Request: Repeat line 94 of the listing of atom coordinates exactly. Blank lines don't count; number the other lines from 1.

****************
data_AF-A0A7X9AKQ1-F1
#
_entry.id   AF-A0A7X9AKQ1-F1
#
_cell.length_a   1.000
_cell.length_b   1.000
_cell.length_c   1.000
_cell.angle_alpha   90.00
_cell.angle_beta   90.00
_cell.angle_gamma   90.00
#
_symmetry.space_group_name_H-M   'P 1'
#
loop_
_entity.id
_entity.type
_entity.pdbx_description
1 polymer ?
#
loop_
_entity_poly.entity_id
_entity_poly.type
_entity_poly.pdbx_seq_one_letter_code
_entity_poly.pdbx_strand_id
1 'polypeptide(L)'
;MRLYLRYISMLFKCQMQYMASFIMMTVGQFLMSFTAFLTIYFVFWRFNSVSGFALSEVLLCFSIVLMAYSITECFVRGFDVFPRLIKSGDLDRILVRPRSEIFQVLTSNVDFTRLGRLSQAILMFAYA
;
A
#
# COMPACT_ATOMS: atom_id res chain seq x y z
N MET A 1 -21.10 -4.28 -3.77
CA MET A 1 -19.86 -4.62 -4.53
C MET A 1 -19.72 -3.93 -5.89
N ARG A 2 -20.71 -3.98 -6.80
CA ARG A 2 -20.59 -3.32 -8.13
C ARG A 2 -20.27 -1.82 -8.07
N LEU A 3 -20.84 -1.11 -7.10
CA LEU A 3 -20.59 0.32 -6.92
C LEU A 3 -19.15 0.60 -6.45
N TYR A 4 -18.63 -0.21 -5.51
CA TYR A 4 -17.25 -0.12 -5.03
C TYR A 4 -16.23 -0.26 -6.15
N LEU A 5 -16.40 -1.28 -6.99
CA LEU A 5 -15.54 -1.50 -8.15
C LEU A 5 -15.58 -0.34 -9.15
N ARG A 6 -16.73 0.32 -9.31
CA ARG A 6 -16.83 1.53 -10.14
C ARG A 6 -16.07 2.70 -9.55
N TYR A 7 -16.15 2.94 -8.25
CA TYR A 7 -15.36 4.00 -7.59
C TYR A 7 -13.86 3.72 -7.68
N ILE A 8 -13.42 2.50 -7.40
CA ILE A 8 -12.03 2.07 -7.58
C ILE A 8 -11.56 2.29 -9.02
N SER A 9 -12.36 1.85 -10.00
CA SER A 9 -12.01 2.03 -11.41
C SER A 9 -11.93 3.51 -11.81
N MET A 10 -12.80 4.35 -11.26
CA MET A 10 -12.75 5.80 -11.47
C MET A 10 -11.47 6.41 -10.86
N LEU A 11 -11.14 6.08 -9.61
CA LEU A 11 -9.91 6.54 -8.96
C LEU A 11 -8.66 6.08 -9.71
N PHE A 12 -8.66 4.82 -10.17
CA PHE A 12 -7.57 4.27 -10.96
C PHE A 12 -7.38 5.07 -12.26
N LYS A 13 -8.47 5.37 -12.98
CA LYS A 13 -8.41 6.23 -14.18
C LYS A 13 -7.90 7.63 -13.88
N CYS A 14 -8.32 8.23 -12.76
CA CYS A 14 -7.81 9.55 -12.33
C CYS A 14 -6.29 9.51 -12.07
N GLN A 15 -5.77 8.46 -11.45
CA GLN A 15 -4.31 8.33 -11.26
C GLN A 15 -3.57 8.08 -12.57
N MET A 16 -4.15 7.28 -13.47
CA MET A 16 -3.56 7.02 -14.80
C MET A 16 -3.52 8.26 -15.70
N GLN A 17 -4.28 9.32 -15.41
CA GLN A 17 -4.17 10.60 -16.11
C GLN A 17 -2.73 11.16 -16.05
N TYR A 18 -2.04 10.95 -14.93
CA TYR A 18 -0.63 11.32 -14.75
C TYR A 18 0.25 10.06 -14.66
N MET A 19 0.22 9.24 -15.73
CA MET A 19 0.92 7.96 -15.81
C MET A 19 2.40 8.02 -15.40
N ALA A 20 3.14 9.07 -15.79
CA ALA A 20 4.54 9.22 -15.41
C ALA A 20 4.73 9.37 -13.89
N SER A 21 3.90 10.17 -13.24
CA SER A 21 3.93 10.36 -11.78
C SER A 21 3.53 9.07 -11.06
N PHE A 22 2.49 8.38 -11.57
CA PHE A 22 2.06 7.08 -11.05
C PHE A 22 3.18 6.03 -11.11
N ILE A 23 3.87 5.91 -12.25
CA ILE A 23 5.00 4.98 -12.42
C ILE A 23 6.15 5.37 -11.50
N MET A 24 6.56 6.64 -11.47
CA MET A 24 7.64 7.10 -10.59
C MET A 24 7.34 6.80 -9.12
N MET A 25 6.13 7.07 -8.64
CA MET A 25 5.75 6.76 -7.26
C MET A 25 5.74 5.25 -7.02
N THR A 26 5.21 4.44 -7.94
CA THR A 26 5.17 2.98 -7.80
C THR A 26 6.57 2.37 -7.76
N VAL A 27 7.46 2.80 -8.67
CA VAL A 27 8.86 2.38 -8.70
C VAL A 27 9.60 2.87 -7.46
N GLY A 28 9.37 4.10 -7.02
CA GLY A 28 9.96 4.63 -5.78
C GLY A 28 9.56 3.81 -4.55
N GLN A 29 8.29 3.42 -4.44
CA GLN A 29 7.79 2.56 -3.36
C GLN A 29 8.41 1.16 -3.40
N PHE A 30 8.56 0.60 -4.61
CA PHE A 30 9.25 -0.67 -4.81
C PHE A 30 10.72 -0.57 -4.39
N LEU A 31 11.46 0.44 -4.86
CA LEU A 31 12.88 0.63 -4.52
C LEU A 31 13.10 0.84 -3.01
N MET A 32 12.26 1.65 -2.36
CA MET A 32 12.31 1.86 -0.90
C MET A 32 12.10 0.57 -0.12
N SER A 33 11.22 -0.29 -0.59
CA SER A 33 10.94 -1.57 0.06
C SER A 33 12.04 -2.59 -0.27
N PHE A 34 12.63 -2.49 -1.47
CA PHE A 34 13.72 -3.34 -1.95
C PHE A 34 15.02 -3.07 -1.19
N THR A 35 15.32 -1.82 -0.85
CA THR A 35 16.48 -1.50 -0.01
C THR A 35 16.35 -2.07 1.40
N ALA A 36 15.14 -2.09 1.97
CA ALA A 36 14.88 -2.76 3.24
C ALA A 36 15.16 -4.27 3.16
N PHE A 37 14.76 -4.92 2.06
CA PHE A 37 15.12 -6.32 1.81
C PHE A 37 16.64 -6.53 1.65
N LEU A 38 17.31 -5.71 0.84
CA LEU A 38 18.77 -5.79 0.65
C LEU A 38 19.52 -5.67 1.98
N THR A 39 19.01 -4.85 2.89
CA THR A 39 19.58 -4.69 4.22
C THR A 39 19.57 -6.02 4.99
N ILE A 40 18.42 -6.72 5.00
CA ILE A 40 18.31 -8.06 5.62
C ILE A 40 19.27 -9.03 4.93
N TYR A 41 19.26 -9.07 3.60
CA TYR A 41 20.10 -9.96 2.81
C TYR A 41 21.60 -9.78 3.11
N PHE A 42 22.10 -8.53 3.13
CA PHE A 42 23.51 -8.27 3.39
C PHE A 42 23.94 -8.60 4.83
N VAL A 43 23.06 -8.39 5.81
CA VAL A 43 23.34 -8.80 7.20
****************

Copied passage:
N PHE A 22 2.49 8.38 -11.57